The owner of a Texas-based trucking company has filed a lawsuit in Houston against the U.S. Drug Enforcement Administration in connection to the November 2011 shooting incident that ended with an informant dead.
The Vickery Law Firm will represent Craig Patty, owner of Craig Thomas Expeditors, in the lawsuit that also targets Javier Pena with the Houston DEA office, Harris County Sheriff's Office, and additional federal and state law enforcement officers and agents.
Patty hired Lawrence Chapa to drive one of his 18-wheel commercial trucks in September 2011 following a criminal background check, according to the statement released by The Vickery Law Firm, but Chapa was working as an undercover DEA informant and did have a criminal history.
Chapa used the vehicle to perform duties for the DEA "without Patty's consent or knowledge," according to the statement.
One of the trips with the truck included one from south Texas on Nov. 21, 2011 when, according to the statement, Chapa had met with drug dealers and picked up and transported illegal drugs. Deputies and DEA agents exchanged gunfire after drug cartel assassins intercepted Patty's truck in northwest Houston.
Chapa died after he suffered eight gunshot wounds.
The Vickery Law Firm added the following in its statement:
Instead of being apologetic for commandeering an innocent citizen's property for a government sting operation or otherwise offering to repair the damage done to the truck, neither the Sheriff's Department nor the DEA did anything to repair Patty's property or apologize for its unlicensed use. In fact, stunningly, Patty was informed that if he did not remove the damaged truck from government property, he would incur storage charges. To further add insult to injury, the government agents demanded and coerced under threat of duress that Patty authorize a search warrant of his home and business in an effort to gather further information on their drug sting gone wrong. Given the immense pressure and threats placed upon him by law enforcement officials, patty consented. Additionally, he has lived in constant fear that the drug cartels would, in some way, believe that he authorized or otherwise knew about the use of his truck in this sting gone wrong. He not only did NOT authorize the use of his truck for government use, but the government has now destroyed his property, caused him immense business and personal losses in the furtherance of its own operations, and left Patty to pick up the pieces on his own.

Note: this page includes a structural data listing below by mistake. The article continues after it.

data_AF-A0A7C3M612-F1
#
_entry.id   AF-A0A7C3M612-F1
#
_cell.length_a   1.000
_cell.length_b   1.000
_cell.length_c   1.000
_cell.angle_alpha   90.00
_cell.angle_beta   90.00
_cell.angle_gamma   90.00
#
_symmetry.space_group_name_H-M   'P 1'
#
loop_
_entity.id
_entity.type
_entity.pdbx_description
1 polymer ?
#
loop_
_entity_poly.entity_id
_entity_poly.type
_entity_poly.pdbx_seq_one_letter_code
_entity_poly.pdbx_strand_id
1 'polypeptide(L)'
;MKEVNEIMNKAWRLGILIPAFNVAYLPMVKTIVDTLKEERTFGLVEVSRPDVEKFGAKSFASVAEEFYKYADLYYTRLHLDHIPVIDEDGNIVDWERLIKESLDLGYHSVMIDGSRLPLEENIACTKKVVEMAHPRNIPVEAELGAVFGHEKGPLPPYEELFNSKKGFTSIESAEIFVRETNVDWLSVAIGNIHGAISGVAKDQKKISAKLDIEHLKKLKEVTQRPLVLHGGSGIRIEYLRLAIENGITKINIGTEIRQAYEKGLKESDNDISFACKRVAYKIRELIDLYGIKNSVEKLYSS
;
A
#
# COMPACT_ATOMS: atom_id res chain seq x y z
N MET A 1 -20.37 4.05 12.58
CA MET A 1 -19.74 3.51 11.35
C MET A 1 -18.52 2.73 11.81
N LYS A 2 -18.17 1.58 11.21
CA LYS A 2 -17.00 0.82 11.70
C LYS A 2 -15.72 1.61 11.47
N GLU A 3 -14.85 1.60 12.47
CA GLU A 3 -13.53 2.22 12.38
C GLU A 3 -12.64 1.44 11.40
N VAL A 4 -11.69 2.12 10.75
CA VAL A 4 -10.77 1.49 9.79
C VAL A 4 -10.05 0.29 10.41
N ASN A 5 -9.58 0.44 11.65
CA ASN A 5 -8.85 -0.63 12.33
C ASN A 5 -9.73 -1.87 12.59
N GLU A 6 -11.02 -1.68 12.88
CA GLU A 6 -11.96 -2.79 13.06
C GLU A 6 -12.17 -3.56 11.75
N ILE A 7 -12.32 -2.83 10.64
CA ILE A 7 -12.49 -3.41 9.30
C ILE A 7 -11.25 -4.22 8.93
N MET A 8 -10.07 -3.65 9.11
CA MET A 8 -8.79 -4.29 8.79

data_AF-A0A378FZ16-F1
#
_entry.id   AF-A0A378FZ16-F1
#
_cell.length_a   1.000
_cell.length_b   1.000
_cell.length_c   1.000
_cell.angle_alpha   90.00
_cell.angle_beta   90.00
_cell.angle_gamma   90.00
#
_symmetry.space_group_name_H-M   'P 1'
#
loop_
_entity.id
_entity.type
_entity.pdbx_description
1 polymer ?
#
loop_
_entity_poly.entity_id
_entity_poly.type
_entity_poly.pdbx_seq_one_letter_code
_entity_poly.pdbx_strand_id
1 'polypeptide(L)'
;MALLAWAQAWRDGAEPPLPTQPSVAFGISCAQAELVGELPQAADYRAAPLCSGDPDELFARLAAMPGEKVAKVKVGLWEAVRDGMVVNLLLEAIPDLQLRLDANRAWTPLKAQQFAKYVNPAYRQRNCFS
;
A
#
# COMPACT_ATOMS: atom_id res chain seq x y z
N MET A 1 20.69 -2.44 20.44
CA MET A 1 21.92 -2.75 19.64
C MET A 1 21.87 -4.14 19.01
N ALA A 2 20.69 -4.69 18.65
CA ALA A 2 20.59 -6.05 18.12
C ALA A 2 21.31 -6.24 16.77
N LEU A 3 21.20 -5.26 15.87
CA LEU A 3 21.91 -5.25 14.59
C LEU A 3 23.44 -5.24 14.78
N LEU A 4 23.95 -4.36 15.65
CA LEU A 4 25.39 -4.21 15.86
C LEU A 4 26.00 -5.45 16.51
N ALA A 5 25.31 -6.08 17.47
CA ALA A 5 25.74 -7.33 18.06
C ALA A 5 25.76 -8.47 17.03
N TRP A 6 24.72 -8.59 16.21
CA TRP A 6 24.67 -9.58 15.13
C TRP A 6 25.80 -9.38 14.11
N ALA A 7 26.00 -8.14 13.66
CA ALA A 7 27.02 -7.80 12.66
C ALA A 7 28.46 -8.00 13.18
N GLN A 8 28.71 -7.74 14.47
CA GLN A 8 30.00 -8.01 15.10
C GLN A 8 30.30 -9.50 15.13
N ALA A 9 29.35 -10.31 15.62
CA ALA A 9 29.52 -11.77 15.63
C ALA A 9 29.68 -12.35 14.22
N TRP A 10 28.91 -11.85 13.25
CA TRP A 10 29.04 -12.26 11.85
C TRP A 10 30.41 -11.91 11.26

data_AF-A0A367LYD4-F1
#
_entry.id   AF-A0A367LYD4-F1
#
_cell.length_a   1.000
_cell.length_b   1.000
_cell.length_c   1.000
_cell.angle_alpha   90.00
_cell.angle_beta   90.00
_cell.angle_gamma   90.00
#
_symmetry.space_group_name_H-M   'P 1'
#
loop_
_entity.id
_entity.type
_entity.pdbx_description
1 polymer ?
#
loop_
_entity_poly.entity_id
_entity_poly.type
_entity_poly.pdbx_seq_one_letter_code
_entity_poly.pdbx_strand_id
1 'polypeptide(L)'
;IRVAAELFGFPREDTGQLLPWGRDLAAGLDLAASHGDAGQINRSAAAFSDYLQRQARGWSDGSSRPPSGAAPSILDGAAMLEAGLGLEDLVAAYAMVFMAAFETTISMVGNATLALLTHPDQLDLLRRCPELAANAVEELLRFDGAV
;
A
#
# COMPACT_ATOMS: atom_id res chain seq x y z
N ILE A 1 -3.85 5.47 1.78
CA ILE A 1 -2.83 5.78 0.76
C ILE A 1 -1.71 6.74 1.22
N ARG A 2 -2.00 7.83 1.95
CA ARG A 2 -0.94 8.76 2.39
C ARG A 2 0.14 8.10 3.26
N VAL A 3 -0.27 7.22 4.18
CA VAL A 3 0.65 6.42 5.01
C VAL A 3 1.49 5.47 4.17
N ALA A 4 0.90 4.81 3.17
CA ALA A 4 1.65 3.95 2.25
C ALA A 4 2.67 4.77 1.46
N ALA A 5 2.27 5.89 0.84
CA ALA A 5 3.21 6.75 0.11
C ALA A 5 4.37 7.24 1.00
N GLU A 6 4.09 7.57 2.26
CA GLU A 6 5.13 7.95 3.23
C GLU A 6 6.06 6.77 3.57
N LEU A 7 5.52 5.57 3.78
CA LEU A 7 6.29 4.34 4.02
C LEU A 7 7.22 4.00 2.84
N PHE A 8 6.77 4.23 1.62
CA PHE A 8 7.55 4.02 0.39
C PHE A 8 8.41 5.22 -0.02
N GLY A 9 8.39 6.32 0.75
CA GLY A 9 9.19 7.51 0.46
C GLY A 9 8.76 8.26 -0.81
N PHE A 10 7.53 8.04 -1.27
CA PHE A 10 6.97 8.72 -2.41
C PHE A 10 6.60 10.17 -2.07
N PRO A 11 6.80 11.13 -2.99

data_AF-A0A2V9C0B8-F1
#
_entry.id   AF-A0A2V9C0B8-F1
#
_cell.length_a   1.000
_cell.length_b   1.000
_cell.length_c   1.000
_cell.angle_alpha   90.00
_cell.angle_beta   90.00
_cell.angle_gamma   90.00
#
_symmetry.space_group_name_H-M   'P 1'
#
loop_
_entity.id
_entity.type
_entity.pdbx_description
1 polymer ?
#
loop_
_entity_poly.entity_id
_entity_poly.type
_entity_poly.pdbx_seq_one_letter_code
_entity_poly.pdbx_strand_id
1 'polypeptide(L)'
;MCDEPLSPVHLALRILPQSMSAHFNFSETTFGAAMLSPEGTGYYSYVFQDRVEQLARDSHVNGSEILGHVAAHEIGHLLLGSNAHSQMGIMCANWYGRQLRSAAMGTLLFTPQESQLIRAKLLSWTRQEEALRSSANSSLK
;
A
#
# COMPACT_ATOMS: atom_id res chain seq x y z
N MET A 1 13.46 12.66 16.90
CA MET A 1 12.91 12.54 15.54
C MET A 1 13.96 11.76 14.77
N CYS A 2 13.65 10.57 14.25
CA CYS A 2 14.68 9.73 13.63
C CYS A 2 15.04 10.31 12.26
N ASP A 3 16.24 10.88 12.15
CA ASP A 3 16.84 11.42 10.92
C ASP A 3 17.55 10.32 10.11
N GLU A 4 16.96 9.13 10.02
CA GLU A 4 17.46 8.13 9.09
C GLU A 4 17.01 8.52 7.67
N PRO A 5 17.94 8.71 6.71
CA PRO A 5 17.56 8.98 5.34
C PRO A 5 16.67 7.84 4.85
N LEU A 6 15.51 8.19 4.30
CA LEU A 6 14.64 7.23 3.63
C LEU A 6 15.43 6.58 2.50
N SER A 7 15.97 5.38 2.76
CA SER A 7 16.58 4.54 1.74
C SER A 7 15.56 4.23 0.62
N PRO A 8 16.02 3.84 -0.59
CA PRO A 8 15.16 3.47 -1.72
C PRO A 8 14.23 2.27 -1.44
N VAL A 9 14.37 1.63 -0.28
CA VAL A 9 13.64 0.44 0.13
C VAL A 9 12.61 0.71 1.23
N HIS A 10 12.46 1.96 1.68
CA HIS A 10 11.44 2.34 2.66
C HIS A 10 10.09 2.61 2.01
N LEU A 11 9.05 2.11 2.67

The Vickery Law Firm believes that the Government has overstepped its authority and has wrongfully treated an innocent civilian. To that end, today, on behalf of Patty, it sued all the federal and state agencies who were involved in the wrongful use of Patty's business property as well as those Government employees who authorized such appalling behavior. Patty's suit for Justice has been filed in the United States District Court for the Southern District of Texas.